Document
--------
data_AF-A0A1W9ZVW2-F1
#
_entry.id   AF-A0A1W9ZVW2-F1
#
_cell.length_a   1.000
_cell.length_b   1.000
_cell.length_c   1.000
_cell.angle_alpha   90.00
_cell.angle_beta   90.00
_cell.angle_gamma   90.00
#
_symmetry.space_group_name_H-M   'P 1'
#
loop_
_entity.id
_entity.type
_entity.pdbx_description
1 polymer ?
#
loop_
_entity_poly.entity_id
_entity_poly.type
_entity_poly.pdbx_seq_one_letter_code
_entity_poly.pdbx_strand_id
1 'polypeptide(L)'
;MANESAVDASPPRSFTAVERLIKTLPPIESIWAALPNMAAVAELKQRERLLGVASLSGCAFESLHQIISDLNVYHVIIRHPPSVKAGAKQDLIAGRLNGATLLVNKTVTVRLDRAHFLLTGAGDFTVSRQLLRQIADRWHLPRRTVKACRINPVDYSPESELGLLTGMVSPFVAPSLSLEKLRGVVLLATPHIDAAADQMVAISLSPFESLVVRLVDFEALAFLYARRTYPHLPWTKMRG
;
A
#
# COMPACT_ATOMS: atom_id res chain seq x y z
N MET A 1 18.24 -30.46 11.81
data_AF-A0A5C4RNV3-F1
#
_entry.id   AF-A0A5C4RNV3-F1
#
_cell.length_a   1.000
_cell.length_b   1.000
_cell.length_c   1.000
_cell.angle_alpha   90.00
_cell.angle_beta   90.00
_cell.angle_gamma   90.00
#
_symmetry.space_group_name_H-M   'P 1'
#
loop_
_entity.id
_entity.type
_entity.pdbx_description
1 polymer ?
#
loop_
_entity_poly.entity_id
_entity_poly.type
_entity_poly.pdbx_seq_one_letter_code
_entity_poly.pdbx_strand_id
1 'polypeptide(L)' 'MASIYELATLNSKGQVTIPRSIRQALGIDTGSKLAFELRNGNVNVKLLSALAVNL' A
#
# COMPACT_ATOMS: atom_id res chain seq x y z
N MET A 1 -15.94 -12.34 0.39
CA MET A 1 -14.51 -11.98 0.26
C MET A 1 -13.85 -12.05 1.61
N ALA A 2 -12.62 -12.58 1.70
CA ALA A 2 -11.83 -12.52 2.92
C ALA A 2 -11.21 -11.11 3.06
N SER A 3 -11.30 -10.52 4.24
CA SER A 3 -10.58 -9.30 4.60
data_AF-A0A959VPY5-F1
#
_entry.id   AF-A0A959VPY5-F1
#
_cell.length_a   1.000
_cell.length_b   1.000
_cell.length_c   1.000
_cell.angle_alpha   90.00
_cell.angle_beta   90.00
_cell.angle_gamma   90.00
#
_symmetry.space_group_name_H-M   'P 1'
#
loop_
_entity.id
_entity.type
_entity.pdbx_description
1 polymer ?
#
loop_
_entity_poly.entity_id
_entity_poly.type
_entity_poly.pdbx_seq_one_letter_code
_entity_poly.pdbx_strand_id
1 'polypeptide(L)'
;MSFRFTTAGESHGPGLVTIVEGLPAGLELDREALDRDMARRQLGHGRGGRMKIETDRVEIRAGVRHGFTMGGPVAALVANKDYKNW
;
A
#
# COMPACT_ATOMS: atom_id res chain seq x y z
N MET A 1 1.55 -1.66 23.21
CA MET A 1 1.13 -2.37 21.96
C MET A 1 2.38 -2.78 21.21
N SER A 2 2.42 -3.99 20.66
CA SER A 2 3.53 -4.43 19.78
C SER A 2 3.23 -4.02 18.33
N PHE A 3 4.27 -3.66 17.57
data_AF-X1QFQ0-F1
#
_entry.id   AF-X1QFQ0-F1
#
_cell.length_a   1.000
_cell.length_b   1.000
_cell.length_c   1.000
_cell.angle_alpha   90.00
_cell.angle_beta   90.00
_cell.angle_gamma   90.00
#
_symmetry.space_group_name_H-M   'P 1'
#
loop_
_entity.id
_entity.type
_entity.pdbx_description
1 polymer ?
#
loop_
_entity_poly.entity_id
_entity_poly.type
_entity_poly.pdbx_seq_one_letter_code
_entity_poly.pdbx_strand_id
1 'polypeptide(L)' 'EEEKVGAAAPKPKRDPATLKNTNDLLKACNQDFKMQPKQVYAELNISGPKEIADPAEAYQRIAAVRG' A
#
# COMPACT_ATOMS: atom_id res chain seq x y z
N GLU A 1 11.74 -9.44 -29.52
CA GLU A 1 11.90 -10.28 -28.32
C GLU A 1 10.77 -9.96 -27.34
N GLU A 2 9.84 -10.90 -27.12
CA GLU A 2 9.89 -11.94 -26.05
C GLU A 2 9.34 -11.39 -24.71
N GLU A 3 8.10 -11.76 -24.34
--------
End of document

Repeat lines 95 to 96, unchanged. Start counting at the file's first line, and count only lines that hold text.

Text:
#
# COMPACT_ATOMS: atom_id res chain seq x y z